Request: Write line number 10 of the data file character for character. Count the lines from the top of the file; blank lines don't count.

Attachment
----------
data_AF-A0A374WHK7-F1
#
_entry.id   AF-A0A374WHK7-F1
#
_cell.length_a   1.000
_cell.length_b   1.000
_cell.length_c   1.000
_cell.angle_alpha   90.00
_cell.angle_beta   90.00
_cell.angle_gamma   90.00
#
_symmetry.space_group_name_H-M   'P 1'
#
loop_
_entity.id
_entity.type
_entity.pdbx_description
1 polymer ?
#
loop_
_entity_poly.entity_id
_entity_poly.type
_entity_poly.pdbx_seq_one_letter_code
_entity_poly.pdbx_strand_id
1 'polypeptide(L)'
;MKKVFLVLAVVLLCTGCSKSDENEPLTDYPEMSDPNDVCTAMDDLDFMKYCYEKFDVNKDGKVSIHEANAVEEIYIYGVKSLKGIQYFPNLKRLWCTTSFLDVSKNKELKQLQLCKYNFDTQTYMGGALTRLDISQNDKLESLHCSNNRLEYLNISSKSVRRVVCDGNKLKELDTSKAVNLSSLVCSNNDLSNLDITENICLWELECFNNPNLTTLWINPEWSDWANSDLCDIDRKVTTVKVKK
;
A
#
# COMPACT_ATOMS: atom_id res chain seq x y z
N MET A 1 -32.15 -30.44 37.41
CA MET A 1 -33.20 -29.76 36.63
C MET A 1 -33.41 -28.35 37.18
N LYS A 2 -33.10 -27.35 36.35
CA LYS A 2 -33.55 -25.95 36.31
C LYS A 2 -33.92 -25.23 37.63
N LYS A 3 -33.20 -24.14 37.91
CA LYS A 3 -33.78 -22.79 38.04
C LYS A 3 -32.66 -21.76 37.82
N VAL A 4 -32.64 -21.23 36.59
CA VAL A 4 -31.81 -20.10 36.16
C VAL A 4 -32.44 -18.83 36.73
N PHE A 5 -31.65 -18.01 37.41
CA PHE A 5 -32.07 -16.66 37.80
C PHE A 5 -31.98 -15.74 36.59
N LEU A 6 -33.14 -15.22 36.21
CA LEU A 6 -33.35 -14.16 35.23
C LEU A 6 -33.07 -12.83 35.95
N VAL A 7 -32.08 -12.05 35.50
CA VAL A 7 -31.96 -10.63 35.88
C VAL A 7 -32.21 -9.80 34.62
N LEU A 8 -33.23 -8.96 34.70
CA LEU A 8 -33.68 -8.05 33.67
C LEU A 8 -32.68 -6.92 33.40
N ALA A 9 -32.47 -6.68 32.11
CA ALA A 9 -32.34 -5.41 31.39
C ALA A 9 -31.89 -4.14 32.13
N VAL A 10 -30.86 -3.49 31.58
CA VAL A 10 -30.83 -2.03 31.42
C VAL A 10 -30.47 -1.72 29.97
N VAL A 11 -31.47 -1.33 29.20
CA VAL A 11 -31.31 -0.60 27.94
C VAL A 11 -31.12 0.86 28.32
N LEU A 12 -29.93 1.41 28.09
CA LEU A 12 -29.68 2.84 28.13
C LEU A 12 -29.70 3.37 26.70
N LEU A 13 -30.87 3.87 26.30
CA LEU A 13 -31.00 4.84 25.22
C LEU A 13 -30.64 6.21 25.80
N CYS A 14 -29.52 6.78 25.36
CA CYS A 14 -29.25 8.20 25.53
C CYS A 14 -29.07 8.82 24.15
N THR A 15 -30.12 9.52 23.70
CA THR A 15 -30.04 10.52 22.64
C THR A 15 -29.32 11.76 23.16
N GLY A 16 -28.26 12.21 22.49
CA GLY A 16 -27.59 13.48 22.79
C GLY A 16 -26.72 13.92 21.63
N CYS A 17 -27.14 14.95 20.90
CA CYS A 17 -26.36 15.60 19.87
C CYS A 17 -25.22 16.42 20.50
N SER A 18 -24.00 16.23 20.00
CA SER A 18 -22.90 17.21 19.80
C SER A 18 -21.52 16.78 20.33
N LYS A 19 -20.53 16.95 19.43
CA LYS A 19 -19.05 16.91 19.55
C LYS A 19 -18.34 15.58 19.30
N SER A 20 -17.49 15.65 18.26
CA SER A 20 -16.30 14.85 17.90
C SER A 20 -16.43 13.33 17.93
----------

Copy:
_cell.angle_gamma   90.00